Ship buildingBuckler’s Hard, on the banks of the Beaulieu River, could soon become a centre for the teaching and study of traditional shipbuilding with students able to work with large timbers under the supervision of a shipwright.

This will soon be a reality thanks to a £3.75m Heritage Lottery Fund (HLF) grant to Portsmouth Naval Base Property Trust (PNBPT) for its Boatbuilding & Heritage Skills Training Centre project, which includes a Shipwright’s School to be established at Buckler’s Hard.

Mary Montagu-Scott, Director at Buckler’s Hard & Trustee of the IBTC Portsmouth, said: “We are very excited to be working with PNBPT on this project and that our long held wish to revive traditional shipbuilding training at Buckler’s Hard, on the very site where Admiral Lord Nelson’s favourite ship Agamemnon was built, is now close to fruition.”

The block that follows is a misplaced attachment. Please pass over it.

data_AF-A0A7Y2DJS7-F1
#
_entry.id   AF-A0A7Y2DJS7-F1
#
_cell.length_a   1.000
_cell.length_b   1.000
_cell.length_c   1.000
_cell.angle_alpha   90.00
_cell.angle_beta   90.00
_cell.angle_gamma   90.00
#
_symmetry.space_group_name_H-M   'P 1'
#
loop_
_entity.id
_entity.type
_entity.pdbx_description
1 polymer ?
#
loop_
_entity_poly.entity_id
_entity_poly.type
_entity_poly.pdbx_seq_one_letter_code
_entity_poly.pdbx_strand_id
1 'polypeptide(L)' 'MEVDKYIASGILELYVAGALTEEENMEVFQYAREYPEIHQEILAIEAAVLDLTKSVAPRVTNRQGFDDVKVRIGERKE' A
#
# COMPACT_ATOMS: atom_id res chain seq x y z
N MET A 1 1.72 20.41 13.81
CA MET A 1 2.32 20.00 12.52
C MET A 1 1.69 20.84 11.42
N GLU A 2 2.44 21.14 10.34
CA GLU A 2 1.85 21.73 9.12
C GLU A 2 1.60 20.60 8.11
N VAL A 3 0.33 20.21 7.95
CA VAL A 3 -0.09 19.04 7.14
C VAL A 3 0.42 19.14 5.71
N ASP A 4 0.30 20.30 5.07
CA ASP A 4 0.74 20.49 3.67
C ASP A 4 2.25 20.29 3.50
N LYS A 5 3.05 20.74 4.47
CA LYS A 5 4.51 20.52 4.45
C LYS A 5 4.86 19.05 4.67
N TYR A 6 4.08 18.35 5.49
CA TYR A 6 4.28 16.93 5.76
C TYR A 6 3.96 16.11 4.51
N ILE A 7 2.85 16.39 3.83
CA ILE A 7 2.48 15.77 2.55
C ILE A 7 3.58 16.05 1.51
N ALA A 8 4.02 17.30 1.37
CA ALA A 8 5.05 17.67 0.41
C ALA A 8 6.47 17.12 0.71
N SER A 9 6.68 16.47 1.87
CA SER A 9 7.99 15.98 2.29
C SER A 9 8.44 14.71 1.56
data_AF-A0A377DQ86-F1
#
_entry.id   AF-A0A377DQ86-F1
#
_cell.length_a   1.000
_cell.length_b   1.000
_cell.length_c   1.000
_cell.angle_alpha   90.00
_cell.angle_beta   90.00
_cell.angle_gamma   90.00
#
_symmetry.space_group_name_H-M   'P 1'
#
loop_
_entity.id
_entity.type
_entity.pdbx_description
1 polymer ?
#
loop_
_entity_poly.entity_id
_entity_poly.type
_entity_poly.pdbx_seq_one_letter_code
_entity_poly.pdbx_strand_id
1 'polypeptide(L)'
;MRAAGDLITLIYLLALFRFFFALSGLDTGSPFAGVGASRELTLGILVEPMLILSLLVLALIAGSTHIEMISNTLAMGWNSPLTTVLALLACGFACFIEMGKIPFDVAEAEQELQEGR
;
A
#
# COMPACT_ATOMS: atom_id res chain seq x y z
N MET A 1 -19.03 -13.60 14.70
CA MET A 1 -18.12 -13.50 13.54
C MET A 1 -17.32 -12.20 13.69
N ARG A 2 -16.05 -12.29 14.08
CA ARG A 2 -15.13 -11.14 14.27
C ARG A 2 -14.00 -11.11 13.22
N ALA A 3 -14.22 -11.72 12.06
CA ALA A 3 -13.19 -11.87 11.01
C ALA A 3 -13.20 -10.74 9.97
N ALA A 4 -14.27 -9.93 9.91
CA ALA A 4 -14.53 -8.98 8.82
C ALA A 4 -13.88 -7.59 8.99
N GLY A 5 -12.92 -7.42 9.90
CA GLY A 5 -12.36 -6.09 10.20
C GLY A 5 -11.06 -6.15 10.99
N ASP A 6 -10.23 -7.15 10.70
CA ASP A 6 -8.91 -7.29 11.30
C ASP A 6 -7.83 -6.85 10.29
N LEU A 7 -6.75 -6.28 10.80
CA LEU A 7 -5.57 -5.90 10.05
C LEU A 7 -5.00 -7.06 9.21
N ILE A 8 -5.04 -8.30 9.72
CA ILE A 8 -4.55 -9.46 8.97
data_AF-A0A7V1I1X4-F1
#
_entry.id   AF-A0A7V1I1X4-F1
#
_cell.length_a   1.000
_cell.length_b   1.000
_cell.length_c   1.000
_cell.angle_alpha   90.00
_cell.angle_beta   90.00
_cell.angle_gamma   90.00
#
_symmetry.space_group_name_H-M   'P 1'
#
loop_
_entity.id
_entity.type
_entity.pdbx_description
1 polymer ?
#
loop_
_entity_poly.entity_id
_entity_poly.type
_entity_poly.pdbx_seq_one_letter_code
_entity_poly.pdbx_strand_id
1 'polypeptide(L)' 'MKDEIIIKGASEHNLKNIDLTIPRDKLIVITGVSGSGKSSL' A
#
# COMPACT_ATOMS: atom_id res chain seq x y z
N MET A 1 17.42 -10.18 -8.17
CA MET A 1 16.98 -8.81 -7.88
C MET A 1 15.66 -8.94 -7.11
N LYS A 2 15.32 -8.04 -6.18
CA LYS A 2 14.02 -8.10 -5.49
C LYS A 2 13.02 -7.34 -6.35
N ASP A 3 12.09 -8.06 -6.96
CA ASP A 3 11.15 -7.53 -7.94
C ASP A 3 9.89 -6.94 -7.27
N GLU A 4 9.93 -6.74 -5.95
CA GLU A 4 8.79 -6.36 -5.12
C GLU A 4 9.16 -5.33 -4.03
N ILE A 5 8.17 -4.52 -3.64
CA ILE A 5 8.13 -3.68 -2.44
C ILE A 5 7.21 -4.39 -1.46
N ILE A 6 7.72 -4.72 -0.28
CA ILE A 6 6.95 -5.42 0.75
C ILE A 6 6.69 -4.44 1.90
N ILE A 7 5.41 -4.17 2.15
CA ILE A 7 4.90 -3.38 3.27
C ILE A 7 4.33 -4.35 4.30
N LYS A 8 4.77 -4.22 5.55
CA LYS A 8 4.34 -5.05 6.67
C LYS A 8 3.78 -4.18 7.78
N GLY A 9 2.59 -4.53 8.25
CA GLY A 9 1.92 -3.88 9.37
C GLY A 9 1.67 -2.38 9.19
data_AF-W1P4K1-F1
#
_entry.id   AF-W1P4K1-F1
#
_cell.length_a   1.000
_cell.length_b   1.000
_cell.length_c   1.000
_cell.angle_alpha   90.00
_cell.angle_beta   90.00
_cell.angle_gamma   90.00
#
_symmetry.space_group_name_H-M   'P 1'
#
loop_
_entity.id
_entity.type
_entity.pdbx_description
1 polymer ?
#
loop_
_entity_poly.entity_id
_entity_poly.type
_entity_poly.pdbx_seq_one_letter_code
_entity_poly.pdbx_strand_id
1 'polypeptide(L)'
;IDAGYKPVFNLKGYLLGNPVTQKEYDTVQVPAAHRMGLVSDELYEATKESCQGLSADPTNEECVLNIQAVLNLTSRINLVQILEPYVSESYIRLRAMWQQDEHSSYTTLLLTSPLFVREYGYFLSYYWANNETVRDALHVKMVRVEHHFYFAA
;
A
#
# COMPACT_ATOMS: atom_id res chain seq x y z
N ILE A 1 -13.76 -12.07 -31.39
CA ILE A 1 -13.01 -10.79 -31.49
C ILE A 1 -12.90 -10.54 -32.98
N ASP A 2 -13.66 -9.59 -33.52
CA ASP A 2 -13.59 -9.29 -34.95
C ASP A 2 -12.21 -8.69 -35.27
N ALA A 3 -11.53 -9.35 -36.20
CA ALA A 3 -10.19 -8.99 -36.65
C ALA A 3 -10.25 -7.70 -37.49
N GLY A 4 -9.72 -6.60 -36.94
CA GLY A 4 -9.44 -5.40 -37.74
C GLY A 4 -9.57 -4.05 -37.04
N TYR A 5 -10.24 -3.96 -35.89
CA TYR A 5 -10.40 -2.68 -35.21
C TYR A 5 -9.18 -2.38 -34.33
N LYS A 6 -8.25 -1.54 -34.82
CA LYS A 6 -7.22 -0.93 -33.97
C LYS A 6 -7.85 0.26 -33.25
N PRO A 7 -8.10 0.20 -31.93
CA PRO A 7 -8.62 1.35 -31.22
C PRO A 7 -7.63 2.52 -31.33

Plans have been drawn up to build a replica 18th century shipwrights’ workshop in an area at the bottom of the village street, near to the eastern slipways and by an existing display of timber workings.

The timber framed building will be used as a base for the school, which will be run in partnership with the IBTC Portsmouth, based in Boathouse 4 at Portsmouth Historic Dockyard. The training provided will help to ensure the continuation of much needed skills at both a local and national level for the restoration of historic ships and support the traditional boat building industry. It is hoped that the first student intake will be in April 2015.

The close proximity of woodland with standing timber will present an important opportunity to teach arboriculture techniques and theory, and allow students to learn about the felling, conversion and storage of timber. The first stage of this exciting project will be to construct the workshop using local timber; this build will be a learning exercise in its own right, with students using traditional tools and methods.

Visitors to Buckler’s Hard will also be encouraged to visit the workshop. By seeing a practical demonstration of shipbuilding methods, it is hoped that everyone will gain a better understanding of the industry which gave the village a place in British naval history.

Leave a Reply

Your email address will not be published.

Post comment